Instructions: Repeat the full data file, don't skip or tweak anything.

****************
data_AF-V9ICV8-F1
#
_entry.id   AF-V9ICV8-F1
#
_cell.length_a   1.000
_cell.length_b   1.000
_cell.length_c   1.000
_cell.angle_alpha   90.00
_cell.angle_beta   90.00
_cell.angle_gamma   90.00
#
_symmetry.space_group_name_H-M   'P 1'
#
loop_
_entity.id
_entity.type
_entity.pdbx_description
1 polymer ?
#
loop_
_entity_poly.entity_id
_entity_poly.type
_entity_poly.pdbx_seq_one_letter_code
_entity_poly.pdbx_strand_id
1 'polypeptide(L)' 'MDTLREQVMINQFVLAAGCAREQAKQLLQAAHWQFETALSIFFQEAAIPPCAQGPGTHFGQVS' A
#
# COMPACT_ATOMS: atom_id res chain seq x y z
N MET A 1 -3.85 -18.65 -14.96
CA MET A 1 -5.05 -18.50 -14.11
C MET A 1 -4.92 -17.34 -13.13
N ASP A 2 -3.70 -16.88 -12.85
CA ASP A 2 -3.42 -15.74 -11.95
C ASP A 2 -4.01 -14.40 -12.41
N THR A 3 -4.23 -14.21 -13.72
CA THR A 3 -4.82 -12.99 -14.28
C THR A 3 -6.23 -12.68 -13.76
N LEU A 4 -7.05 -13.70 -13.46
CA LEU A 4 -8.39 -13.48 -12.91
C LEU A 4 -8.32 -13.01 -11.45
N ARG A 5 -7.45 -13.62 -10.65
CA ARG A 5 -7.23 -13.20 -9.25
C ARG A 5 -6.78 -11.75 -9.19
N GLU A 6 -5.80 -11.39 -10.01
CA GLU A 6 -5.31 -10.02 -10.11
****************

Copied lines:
data_AF-V9ICV8-F1
#
_entry.id   AF-V9ICV8-F1
#
_cell.length_a   1.000
_cell.length_b   1.000
_cell.length_c   1.000
_cell.angle_alpha   90.00
_cell.angle_beta   90.00
_cell.angle_gamma   90.00
#
_symmetry.space_group_name_H-M   'P 1'
#
loop_
_entity.id
_entity.type
_entity.pdbx_description
1 polymer ?
#
loop_
_entity_poly.entity_id
_entity_poly.type
_entity_poly.pdbx_seq_one_letter_code
_entity_poly.pdbx_strand_id
1 'polypeptide(L)' 'MDTLREQVMINQFVLAAGCAREQAKQLLQAAHWQFETALSIFFQEAAIPPCAQGPGTHFGQVS' A
#
# COMPACT_ATOMS: atom_id res chain seq x y z
N MET A 1 -3.85 -18.65 -14.96
CA MET A 1 -5.05 -18.50 -14.11
C MET A 1 -4.92 -17.34 -13.13
N ASP A 2 -3.70 -16.88 -12.85
CA ASP A 2 -3.42 -15.74 -11.95
C ASP A 2 -4.01 -14.40 -12.41
N THR A 3 -4.23 -14.21 -13.72
CA THR A 3 -4.82 -12.99 -14.28
C THR A 3 -6.23 -12.68 -13.76
N LEU A 4 -7.05 -13.70 -13.46
CA LEU A 4 -8.39 -13.48 -12.91
C LEU A 4 -8.32 -13.01 -11.45
N ARG A 5 -7.45 -13.62 -10.65
CA ARG A 5 -7.23 -13.20 -9.25
C ARG A 5 -6.78 -11.75 -9.19
N GLU A 6 -5.80 -11.39 -10.01
CA GLU A 6 -5.31 -10.02 -10.11